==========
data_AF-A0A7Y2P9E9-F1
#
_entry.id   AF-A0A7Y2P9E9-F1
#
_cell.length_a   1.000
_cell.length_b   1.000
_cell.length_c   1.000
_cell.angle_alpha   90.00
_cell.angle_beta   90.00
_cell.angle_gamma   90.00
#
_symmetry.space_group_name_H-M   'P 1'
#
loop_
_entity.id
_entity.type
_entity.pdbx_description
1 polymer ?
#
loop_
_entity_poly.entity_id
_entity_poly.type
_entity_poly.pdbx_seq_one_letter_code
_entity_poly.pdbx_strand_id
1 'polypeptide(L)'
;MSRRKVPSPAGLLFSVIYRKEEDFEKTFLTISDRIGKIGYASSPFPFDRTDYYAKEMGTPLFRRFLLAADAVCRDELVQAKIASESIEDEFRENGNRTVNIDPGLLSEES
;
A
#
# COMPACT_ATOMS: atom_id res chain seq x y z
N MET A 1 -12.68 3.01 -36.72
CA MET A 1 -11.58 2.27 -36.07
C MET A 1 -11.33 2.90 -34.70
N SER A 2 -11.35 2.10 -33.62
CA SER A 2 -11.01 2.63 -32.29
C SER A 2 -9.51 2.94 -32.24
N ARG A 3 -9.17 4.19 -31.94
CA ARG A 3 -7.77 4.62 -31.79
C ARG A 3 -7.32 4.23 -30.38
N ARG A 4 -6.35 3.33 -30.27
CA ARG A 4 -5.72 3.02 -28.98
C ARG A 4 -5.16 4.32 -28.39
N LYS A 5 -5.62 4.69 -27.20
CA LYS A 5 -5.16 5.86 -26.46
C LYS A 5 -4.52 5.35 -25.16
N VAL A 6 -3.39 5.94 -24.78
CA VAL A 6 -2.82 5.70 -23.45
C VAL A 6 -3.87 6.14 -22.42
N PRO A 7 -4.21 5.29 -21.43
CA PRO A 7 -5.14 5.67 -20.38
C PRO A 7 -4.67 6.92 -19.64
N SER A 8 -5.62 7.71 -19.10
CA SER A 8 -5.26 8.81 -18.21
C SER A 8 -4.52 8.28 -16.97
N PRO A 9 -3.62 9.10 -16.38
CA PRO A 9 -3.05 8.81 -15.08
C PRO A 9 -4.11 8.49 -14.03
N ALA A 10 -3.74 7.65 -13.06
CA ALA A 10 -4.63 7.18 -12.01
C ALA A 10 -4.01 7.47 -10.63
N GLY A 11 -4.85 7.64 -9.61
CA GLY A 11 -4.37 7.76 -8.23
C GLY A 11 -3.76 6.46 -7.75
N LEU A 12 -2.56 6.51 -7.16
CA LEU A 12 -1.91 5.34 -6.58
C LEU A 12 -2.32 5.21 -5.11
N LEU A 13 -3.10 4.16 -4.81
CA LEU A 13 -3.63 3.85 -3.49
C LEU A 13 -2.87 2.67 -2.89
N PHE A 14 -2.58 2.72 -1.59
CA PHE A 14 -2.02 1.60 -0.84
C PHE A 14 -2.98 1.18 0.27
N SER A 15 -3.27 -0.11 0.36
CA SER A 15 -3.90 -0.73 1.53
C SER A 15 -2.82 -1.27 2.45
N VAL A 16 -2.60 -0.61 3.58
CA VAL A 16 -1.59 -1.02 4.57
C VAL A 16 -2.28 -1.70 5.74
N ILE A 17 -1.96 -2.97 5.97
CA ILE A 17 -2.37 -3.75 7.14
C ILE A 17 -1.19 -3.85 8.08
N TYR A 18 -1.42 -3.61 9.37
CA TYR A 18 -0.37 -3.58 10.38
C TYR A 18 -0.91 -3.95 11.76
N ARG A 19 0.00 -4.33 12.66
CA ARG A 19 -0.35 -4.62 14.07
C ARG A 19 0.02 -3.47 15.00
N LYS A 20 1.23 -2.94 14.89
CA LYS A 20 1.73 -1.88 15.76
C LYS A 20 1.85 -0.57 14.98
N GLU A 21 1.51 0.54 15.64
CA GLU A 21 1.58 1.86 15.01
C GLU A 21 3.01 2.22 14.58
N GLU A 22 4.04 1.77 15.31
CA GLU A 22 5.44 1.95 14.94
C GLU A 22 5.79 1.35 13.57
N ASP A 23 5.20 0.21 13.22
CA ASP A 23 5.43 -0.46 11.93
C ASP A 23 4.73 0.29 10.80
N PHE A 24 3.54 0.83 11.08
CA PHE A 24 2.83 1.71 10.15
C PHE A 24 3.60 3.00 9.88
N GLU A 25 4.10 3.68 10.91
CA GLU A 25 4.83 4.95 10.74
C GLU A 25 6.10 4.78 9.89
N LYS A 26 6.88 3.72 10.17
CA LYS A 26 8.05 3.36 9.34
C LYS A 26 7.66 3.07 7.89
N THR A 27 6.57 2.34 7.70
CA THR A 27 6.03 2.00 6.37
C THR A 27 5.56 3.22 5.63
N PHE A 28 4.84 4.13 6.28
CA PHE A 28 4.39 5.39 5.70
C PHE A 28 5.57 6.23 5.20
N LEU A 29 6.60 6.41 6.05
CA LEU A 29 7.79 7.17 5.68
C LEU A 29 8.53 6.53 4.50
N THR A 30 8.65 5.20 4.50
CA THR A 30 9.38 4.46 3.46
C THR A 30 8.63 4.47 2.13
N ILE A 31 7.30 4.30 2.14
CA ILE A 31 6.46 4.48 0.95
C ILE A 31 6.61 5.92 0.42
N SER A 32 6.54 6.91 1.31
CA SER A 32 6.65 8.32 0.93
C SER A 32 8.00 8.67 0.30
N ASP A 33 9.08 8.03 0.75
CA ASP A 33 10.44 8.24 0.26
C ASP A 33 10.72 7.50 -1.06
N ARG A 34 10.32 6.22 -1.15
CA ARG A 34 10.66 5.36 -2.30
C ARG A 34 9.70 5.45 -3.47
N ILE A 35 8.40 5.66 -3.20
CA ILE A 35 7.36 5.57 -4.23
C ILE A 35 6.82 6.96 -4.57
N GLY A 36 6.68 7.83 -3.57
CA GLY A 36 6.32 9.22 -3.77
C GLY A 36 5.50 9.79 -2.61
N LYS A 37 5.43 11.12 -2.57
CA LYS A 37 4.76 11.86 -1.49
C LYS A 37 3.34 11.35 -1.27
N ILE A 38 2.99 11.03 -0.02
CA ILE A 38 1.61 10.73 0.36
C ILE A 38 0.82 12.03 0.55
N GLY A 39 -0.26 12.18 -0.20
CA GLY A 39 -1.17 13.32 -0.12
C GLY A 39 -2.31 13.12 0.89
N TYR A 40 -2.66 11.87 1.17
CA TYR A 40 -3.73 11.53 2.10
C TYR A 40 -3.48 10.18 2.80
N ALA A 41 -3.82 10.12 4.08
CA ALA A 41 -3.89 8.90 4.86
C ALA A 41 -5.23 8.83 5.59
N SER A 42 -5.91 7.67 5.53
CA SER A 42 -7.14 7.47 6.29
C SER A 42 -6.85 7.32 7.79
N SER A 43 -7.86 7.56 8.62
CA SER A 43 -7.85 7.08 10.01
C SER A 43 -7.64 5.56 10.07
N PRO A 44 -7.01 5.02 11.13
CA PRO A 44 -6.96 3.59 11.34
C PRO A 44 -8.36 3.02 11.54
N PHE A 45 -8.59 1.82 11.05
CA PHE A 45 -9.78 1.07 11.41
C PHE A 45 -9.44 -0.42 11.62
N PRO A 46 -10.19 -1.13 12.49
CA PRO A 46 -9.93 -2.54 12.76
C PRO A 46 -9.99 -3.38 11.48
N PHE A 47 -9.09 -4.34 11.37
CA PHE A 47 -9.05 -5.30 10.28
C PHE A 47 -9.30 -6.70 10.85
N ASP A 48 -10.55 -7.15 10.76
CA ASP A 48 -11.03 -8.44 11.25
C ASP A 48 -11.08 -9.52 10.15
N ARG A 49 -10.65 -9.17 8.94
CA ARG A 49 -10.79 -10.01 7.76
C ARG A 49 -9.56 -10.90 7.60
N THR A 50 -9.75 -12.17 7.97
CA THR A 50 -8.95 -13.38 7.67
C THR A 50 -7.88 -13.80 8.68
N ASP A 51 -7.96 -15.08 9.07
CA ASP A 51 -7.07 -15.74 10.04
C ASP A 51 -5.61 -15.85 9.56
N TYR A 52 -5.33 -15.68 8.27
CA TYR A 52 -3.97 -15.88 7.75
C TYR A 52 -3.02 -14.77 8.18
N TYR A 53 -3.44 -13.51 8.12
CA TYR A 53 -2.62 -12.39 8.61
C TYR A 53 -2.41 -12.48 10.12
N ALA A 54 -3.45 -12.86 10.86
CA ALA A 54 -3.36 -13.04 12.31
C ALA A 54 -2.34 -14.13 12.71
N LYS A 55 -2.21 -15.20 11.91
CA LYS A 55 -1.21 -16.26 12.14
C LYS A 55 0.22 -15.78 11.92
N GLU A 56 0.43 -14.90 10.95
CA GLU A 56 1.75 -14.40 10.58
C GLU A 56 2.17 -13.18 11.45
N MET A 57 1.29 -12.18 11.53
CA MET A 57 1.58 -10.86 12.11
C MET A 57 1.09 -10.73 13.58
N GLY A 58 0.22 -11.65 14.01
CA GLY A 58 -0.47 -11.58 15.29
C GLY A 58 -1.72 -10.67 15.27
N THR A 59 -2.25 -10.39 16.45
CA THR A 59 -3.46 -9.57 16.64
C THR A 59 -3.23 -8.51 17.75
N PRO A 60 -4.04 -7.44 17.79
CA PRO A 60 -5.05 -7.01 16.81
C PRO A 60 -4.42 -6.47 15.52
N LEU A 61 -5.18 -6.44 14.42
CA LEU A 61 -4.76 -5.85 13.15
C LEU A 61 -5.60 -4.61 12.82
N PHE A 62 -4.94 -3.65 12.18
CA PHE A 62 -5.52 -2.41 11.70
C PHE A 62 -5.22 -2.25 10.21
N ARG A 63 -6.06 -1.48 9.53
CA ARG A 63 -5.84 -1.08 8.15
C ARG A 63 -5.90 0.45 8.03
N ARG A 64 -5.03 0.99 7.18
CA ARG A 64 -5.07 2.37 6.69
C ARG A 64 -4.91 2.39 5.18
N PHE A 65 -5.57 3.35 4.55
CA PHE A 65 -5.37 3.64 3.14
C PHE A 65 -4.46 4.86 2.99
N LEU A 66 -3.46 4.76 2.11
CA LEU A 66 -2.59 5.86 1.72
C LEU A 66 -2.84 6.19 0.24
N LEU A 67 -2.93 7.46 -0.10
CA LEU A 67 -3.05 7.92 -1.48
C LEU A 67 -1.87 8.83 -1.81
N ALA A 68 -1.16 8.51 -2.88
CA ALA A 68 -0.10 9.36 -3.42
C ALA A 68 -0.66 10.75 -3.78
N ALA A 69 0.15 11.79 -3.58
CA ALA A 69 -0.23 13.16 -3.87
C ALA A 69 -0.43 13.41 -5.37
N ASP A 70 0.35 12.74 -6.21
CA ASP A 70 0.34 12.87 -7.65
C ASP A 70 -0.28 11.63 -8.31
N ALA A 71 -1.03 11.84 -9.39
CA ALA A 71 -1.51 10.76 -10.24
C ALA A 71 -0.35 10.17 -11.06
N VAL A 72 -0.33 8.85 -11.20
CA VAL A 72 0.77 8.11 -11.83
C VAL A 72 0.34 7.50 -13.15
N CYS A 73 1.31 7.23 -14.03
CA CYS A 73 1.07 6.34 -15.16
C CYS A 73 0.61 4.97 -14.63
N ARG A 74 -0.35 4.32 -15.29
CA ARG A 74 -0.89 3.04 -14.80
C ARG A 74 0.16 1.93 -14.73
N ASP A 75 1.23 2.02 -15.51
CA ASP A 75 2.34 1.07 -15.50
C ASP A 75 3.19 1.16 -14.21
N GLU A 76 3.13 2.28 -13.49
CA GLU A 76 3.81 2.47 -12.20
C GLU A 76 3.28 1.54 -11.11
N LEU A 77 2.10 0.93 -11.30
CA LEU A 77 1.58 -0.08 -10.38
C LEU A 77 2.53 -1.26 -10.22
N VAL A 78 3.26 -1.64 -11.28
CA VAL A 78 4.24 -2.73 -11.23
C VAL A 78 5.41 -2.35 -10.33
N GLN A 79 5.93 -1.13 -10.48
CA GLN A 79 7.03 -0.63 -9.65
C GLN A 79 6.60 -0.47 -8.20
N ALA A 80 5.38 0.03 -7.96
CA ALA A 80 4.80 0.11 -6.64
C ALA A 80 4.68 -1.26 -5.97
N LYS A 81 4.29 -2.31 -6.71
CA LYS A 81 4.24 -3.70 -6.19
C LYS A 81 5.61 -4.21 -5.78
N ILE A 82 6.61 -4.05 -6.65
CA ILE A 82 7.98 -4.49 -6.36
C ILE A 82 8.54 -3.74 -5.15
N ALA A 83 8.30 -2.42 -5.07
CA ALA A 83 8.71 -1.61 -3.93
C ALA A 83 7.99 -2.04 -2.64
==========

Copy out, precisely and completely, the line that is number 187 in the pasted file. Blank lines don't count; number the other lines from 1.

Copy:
N TYR A 53 -3.44 -13.51 8.12